No matter how long I write about this business, it never ceases to amaze me that there are a number of people out there who don't have anything resembling a life and who seem intent on making your existence just as miserable as theirs.
That's not to deny the vital role of consumer watchdogs who raise legitimate issues, from environmental to product-safety problems. Had anyone heeded the auto activists who identified problems with Firestone tires and Ford trucks, some of the rollover victims might be alive today and the two corporations might have avoided an epic crisis.
But many of the "issues" raised by activist groups are examples of political correctness run amok. And groups that obsess over the tiniest perceived slur not only create an unnecessary nuisance for their corporate victims, they also feed into a general cynicism that makes it harder for those with legitimate grievances to be taken seriously.
The most recent example involves a group calling itself the Center for Individual Freedom (CIF) - except, apparently the freedom to criticize your competitors in your ad campaigns. The CIF has engaged in a mystifying assault on Subway for what it calls an anti-American ad campaign.
The trouble began when German franchisees of the US-based sandwich chain entered into a deal with the distributor of Super Size Me, a film that tells the story of a documentary filmmaker who gorges on nothing but McDonald's for a month. The deal would appear to make strategic sense for Subway, which positions itself as a healthy alternative to fast-food burgers and fries. The movie was advertised on food trays at Subway and Subway coupons were given away at theaters.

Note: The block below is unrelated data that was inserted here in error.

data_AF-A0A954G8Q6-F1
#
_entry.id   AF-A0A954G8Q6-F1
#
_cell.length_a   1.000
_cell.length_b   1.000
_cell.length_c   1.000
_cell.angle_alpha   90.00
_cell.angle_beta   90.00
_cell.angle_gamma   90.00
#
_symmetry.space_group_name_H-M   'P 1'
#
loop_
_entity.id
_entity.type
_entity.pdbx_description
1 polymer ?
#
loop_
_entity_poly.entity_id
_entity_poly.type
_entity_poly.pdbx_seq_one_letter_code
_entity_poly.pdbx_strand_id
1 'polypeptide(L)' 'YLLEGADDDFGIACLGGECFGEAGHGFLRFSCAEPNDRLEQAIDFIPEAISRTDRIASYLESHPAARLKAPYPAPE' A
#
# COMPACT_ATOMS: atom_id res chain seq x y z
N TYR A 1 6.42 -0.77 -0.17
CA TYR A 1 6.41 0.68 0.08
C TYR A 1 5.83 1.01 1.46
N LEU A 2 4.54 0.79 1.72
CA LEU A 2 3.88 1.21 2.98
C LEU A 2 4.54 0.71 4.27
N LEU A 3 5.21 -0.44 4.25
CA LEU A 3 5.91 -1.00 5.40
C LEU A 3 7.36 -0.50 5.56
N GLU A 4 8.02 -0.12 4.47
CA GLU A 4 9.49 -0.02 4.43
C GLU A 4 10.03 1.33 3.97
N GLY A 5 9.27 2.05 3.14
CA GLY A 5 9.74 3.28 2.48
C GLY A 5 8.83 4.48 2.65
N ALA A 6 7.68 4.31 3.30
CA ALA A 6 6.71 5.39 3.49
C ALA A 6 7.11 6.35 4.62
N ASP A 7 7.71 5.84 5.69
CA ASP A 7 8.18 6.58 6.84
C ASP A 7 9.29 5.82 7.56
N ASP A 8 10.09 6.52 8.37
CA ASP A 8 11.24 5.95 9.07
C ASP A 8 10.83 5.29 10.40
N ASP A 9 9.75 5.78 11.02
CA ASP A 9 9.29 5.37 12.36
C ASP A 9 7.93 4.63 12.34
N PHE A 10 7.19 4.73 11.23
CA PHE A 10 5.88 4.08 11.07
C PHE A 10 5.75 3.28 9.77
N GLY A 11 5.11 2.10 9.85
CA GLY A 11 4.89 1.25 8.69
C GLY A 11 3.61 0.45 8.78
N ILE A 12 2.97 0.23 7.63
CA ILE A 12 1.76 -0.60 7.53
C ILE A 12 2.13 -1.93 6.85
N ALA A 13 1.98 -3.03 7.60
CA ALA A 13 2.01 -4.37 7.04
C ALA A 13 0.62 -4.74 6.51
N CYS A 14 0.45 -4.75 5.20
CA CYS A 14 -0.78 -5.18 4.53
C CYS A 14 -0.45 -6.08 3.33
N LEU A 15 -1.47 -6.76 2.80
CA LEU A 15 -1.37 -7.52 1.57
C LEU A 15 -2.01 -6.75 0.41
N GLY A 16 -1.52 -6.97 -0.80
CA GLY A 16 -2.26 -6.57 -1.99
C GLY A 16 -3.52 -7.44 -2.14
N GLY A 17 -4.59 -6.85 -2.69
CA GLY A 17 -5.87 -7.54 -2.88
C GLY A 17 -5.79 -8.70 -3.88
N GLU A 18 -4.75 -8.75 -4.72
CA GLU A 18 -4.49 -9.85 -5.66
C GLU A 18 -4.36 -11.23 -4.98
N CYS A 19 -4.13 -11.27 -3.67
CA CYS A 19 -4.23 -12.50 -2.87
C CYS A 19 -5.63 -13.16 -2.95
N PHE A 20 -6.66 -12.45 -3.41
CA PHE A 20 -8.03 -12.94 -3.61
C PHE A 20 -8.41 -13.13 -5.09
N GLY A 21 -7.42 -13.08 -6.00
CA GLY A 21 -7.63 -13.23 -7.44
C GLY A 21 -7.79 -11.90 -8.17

The tray liners featured a cartoon image of an overweight Statue of Liberty, with a burger in one hand and a portion of French fries in the other, under the headline, "Why are Americans so fat?"
That appears to be a legitimate question. Most nutritionists agree that obesity is a serious problem in the US. It's becoming a serious issue in Europe, too. But groups like the CIF believe that discussing that problem in public is anti-American - the same way some African Americans apparently believe black entertainers shouldn't raise issues of personal responsibility outside the black community.
Eventually, even House majority leader Tom DeLay (R-TX) spoke up, suggesting that Subway was perpetuating "every bad stereotype about corporate America." (Observers might argue a more negative stereotype stems from the failure of US corporations to confront such health issues.)
The upshot is that Subway has withdrawn the campaign and apologized to anyone it offended. Another victory for political correctness; another small defeat for free speech.